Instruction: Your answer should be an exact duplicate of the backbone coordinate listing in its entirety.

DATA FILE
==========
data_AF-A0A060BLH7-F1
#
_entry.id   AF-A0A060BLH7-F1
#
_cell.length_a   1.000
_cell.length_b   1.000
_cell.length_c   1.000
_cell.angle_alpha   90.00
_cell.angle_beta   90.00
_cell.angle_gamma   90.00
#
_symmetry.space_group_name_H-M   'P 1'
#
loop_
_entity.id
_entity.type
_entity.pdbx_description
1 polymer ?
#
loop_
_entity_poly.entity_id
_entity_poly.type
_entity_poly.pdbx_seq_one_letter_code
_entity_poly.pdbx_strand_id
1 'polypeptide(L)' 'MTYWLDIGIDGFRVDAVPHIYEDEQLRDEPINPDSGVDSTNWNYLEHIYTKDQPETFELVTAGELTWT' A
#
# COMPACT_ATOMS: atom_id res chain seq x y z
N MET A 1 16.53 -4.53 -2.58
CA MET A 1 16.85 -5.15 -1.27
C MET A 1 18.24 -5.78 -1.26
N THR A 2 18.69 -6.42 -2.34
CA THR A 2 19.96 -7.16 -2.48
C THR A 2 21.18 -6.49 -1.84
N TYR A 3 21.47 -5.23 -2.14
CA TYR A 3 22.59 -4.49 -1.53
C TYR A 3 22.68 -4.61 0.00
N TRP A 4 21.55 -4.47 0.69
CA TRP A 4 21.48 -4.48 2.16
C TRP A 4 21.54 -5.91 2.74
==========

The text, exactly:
data_AF-A0A060BLH7-F1
#
_entry.id   AF-A0A060BLH7-F1
#
_cell.length_a   1.000
_cell.length_b   1.000
_cell.length_c   1.000
_cell.angle_alpha   90.00
_cell.angle_beta   90.00
_cell.angle_gamma   90.00
#
_symmetry.space_group_name_H-M   'P 1'
#
loop_
_entity.id
_entity.type
_entity.pdbx_description
1 polymer ?
#
loop_
_entity_poly.entity_id
_entity_poly.type
_entity_poly.pdbx_seq_one_letter_code
_entity_poly.pdbx_strand_id
1 'polypeptide(L)' 'MTYWLDIGIDGFRVDAVPHIYEDEQLRDEPINPDSGVDSTNWNYLEHIYTKDQPETFELVTAGELTWT' A
#
# COMPACT_ATOMS: atom_id res chain seq x y z
N MET A 1 16.53 -4.53 -2.58
CA MET A 1 16.85 -5.15 -1.27
C MET A 1 18.24 -5.78 -1.26
N THR A 2 18.69 -6.42 -2.34
CA THR A 2 19.96 -7.16 -2.48
C THR A 2 21.18 -6.49 -1.84
N TYR A 3 21.47 -5.23 -2.14
CA TYR A 3 22.59 -4.49 -1.53
C TYR A 3 22.68 -4.61 0.00
N TRP A 4 21.55 -4.47 0.69
CA TRP A 4 21.48 -4.48 2.16
C TRP A 4 21.54 -5.91 2.74